Therefore, stroke volume (SV) and ejection fraction (EF) were the greatest (i.e., 34.2 mL and 38.3%, respectively) under the 70 cm/s MCV condition, were lowest (32 mL and 35.7%, respectively) under 30 cm/s MCV condition (see Fig. 4c). These results indicate that cardiac output is greater under higher MCV conditions. Accordingly, stroke work (SW), the area within the PV curves, was greater under the higher MCV conditions (Fig. 4d). However, ventricular ATP consumption rate was lower under higher MCV condition (Fig. 4e). Under 30 cm/s MCV, the ATP consumption was approximately 98.6 s−1, followed by the 40 cm/s MCV with 96 s−1, 50 cm/s MCV with 94 s−1, 60 cm/s MCV with 93 s−1, and 70 cm/s MCV with 92 s−1, respectively. The ATP consumption decreased by approximately 6% between these cases. Finally, SW over ventricular ATP consumption, which indicates energetic pumping efficiency of the ventricle, was smaller under higher MCV conditions (Fig. 4f), which indicates that the ventricle consumes less energy and does more work under higher MCV conditions. The index SW/ATP was greatest under the 70 cm/s MCV condition, with approximately 47 mmHg mL/ATP, followed by 46 mmHg mL/ATP under the 60 cm/s MCV condition, 45 mmHg mL/ATP under the 50 cm/s MCV condition, 42 mmHg mL/ATP under the 40 cm/s MCV condition, and 39 mmHg mL/ATP under the 30 cm/s MCV condition.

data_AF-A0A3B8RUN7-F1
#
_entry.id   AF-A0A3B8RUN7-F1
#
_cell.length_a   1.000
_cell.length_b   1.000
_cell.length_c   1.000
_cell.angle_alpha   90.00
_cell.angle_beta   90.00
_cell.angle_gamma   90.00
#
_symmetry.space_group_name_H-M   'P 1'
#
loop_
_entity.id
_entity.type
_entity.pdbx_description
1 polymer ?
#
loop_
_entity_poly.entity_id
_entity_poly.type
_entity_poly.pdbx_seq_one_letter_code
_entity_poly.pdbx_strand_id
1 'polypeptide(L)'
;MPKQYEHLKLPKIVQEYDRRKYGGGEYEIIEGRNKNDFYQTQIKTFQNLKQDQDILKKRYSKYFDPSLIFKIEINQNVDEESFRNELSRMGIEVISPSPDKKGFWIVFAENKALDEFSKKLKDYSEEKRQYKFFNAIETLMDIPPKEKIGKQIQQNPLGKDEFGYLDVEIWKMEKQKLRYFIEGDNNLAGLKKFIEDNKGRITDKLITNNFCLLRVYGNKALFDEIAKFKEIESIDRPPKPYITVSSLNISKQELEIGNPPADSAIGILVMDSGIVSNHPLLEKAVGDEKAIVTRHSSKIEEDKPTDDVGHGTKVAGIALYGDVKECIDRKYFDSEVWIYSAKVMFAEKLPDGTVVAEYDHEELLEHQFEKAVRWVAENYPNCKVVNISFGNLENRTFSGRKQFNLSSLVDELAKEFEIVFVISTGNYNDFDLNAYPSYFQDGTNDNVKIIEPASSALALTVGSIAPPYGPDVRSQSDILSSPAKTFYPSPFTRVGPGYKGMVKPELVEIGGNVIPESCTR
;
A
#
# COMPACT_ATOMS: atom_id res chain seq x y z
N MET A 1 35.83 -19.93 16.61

EAT is shorter under higher MCV conditions.
Ventricles under higher MCV conditions produces greater mechanical functions including better generation of intra-ventricular pressure, cardiac output, and stroke work.
ATP consumption rate is decreased under higher MCV conditions.
The ventricle depolarization timing is shorter with the higher MCV. According to equation (6) in the method section, MCV is inversely proportional with the time. This is why increasing the MCV will decrease the activation time, and conversely, reducing MCV will increase activation time, when considering the same distance (d). This phenomenon described by Fig. 3a that the EAT duration is gradually decreased with the increasing MCV value.
The cardiac systole occurs in response to the spontaneous electrical conduction of the whole ventricles. Rapid and organized conduction is necessary to generate efficient pressure during systole to pump blood out of ventricles. Our results showed that the pressure of left ventricle (LV) during systole is higher under faster MCV (see Fig. 4a). It describes that LV has more forces to pump blood out through circulation with faster MCV. However, the systolic and diastolic pressure resulted in this study is more than 120 and 80 mmHg, respectively, for all MCV cases, because we simulated using failing ventricle model with hypertensive condition. As we mentioned before in the Methods section, that we modeled the failing ventricle condition by decreasing 10% compliances of vascular system, so that the arterial blood pressure increased from normal condition. To best to our knowledge, the normal systolic pressure is less than 120 mmHg, and normal diastolic pressure is less than 80 mmHg (American Heart Association).